Saratoga County

Project will unite Skidmore science disciplines

Skidmore College is preparing its most ambitious project in decades, a $100 million effort to bring

Skidmore College is preparing its most ambitious project in decades, a $100 million effort to bring its science programs under one roof.

Skidmore College’s life and physical science programs are spread out through five different buildings, some of which have remained largely unchanged since the college moved to its 890-acre campus on North Broadway during the 1960s.

The lack of a focal point for the college’s nine science-related departments can pose challenges for students and researchers. For instance, the health and exercise sciences program does some work in the old wing of the Dana Science Center and other research at the Williamson Sports Center.

“Students in any given day are moving between those spaces and it’s about a 15-minute walk,” said Kimberley Frederick, chairwoman of the chemistry department.

More importantly, however, Skidmore’s science programs have a difficult time forging collaborative relationships because they’re so spread out across the campus. Locating the departments under one roof will do a lot to improve the synergies among departments, Frederick said.

Plans are now in the works to build a $100 million Center for Integrated Sciences to both transform the science classrooms at Skidmore and encourage collaborations across all disciplines. The college will secure bonds for part of the cost and is chasing donations to pay for the rest. The project, expected to get underway sometime within the next two years, will be the small liberal arts college’s most significant construction effort in more than four decades.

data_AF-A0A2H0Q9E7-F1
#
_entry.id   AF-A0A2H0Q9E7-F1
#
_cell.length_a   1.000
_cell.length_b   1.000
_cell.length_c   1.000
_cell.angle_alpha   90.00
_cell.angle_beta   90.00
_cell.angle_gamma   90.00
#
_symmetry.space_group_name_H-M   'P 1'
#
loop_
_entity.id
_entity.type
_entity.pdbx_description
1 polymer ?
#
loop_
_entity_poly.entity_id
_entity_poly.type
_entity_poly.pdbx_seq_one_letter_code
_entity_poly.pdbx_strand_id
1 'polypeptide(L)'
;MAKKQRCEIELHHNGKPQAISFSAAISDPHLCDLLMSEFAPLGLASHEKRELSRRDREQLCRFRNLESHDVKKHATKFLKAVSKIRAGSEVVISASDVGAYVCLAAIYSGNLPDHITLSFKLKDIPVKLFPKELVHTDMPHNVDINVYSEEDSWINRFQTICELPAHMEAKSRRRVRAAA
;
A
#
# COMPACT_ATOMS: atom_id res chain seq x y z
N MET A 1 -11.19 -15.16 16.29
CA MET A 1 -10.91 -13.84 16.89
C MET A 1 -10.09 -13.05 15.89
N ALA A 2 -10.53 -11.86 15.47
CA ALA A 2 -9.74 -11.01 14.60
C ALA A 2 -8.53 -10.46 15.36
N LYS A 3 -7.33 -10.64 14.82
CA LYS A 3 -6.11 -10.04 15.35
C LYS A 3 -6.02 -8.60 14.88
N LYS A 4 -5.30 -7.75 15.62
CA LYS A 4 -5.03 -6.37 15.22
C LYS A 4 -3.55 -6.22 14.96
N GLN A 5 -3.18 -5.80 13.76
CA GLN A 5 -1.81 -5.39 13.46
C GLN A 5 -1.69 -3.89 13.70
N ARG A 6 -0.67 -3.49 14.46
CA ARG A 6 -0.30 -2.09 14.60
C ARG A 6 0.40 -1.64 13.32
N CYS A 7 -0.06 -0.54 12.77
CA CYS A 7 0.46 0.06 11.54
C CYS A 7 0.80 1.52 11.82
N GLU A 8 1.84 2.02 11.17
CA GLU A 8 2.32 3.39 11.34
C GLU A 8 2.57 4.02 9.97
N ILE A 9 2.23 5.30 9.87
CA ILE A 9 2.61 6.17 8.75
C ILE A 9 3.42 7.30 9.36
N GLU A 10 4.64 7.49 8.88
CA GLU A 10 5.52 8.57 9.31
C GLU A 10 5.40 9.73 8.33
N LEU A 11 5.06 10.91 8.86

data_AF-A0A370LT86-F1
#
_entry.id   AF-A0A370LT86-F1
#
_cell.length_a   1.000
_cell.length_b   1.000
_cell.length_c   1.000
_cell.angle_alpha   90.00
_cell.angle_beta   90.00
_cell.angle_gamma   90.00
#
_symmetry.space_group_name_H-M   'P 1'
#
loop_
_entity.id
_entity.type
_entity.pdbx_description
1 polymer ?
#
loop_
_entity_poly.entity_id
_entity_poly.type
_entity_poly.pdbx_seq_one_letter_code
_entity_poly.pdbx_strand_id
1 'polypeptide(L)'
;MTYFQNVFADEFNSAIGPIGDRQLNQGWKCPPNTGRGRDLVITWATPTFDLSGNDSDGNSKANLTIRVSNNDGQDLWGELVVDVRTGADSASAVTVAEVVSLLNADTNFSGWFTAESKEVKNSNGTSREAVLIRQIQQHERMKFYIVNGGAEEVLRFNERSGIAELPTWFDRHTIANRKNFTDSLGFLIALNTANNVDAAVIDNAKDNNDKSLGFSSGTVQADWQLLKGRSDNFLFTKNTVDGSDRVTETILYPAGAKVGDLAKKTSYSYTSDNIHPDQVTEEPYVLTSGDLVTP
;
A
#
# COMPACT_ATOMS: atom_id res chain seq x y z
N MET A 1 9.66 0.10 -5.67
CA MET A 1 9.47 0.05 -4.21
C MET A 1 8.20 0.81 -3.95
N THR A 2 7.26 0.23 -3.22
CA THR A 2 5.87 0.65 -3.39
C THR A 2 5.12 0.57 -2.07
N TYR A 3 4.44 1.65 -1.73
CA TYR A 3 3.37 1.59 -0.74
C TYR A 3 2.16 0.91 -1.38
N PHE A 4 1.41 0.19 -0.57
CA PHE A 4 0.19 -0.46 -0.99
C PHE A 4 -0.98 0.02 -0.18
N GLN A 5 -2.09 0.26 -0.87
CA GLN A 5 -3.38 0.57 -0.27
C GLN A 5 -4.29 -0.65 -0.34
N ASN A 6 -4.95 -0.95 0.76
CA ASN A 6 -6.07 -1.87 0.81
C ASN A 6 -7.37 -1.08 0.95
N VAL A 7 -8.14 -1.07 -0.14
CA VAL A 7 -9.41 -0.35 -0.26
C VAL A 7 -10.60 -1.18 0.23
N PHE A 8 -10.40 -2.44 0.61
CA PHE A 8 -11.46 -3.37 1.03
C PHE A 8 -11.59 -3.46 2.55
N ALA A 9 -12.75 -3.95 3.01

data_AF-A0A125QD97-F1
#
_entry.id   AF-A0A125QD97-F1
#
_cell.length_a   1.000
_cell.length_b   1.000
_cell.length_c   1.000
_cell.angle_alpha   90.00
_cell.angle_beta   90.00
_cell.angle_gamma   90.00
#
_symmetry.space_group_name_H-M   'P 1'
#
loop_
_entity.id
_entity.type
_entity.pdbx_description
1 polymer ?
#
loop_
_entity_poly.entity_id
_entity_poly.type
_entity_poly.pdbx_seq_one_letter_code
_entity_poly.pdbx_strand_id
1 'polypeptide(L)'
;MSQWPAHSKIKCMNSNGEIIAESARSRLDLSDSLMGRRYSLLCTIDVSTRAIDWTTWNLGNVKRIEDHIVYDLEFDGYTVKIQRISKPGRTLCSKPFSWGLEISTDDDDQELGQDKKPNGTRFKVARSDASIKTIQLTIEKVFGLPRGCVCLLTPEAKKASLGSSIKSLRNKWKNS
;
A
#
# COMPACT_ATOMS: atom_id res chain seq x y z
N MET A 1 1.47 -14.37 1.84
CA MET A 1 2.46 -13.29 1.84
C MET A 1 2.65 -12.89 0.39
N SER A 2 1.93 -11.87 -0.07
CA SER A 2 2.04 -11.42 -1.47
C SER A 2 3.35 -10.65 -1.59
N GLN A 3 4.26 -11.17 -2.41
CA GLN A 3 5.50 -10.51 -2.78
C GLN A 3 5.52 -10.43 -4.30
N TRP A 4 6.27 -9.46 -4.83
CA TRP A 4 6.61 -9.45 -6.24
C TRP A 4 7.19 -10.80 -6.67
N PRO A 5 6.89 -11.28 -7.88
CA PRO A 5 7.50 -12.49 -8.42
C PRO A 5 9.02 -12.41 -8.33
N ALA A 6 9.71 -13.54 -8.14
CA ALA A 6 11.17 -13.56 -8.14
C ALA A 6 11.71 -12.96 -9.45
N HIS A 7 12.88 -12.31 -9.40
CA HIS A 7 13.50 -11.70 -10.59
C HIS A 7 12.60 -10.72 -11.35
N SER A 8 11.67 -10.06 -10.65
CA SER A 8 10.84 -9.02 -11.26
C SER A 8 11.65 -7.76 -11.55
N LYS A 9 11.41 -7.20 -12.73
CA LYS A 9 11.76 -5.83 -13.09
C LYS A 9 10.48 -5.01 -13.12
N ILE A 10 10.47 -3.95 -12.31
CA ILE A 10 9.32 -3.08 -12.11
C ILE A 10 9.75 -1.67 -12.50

“The science problems of our day are really handled at the interface between disciplines and our facilities are designed to inspire and foster this type of work,” said Frederick, a member of the leadership team that helped plan the new building.

About 800 students are enrolled in Skidmore’s science programs, nearly a third of the college’s total student body.

The new building will be located over the footprint of the Harder Hall, which now houses Skidmore’s math and computer science programs, in addition to some of the administrative offices and the economics department. The structure will connect to the existing Dana Science Center, which will be renovated as part of the project.

Construction will add roughly 110,000 square feet of new space to the college and incorporate about 88,000 square feet of existing space. When completed, the center will include 23 teaching labs, 46 research labs, five technology suites and 22 common instrumentation rooms, along with other classroom spaces. The building, according to plans, will include open work spaces, shared computational labs and social areas designed to foster collaboration between students and faculty from various disciplines.

The effort will also bring about 90 faculty members — nearly 40 percent of the faculty — into one building. Skidmore President Philip Glotzbach said the project is part of a realization that students must work collaboratively across disciplines with each other and faculty members.

“This has led us to understand that we could be so much more effective if we create more synergies by bringing every campus department that is engaged in physical or life sciences together in close proximity,” he told Scope, the college’s campus magazine, earlier this year.

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